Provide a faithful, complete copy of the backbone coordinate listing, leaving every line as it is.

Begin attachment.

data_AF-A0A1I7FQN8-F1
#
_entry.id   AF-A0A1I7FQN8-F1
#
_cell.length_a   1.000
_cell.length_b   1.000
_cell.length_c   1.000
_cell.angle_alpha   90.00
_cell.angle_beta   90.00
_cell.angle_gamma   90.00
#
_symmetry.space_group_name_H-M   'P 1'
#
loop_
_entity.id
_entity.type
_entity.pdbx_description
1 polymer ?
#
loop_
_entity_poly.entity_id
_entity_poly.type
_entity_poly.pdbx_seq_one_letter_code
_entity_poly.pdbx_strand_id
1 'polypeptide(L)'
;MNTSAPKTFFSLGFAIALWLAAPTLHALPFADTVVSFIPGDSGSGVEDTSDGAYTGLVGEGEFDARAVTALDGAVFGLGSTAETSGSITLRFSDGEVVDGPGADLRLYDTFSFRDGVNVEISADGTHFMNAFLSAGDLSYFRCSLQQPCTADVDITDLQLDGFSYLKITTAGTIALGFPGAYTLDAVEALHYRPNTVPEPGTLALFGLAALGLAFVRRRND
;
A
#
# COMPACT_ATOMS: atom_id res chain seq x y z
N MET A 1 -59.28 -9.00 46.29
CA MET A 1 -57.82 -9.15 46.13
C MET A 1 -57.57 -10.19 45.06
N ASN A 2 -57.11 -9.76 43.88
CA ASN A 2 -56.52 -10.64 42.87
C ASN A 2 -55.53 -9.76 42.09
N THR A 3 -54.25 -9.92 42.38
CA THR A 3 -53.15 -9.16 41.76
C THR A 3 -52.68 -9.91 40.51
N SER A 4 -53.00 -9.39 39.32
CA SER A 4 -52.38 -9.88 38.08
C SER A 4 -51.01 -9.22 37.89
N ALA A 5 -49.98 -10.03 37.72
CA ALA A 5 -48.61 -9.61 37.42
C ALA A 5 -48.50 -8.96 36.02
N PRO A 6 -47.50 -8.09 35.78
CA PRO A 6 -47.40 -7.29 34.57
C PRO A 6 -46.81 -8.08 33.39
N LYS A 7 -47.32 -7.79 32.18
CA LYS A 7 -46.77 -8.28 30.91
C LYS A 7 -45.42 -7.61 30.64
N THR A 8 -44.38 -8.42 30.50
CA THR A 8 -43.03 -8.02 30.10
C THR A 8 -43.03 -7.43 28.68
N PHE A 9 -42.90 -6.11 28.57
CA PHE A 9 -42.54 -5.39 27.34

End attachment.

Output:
data_AF-A0A1I7FQN8-F1
#
_entry.id   AF-A0A1I7FQN8-F1
#
_cell.length_a   1.000
_cell.length_b   1.000
_cell.length_c   1.000
_cell.angle_alpha   90.00
_cell.angle_beta   90.00
_cell.angle_gamma   90.00
#
_symmetry.space_group_name_H-M   'P 1'
#
loop_
_entity.id
_entity.type
_entity.pdbx_description
1 polymer ?
#
loop_
_entity_poly.entity_id
_entity_poly.type
_entity_poly.pdbx_seq_one_letter_code
_entity_poly.pdbx_strand_id
1 'polypeptide(L)'
;MNTSAPKTFFSLGFAIALWLAAPTLHALPFADTVVSFIPGDSGSGVEDTSDGAYTGLVGEGEFDARAVTALDGAVFGLGSTAETSGSITLRFSDGEVVDGPGADLRLYDTFSFRDGVNVEISADGTHFMNAFLSAGDLSYFRCSLQQPCTADVDITDLQLDGFSYLKITTAGTIALGFPGAYTLDAVEALHYRPNTVPEPGTLALFGLAALGLAFVRRRND
;
A
#
# COMPACT_ATOMS: atom_id res chain seq x y z
N MET A 1 -59.28 -9.00 46.29
CA MET A 1 -57.82 -9.15 46.13
C MET A 1 -57.57 -10.19 45.06
N ASN A 2 -57.11 -9.76 43.88
CA ASN A 2 -56.52 -10.64 42.87
C ASN A 2 -55.53 -9.76 42.09
N THR A 3 -54.25 -9.92 42.38
CA THR A 3 -53.15 -9.16 41.76
C THR A 3 -52.68 -9.91 40.51
N SER A 4 -53.00 -9.39 39.32
CA SER A 4 -52.38 -9.88 38.08
C SER A 4 -51.01 -9.22 37.89
N ALA A 5 -49.98 -10.03 37.72
CA ALA A 5 -48.61 -9.61 37.42
C ALA A 5 -48.50 -8.96 36.02
N PRO A 6 -47.50 -8.09 35.78
CA PRO A 6 -47.40 -7.29 34.57
C PRO A 6 -46.81 -8.08 33.39
N LYS A 7 -47.32 -7.79 32.18
CA LYS A 7 -46.77 -8.28 30.91
C LYS A 7 -45.42 -7.61 30.64
N THR A 8 -44.38 -8.42 30.50
CA THR A 8 -43.03 -8.02 30.10
C THR A 8 -43.03 -7.43 28.68
N PHE A 9 -42.90 -6.11 28.57
CA PHE A 9 -42.54 -5.39 27.34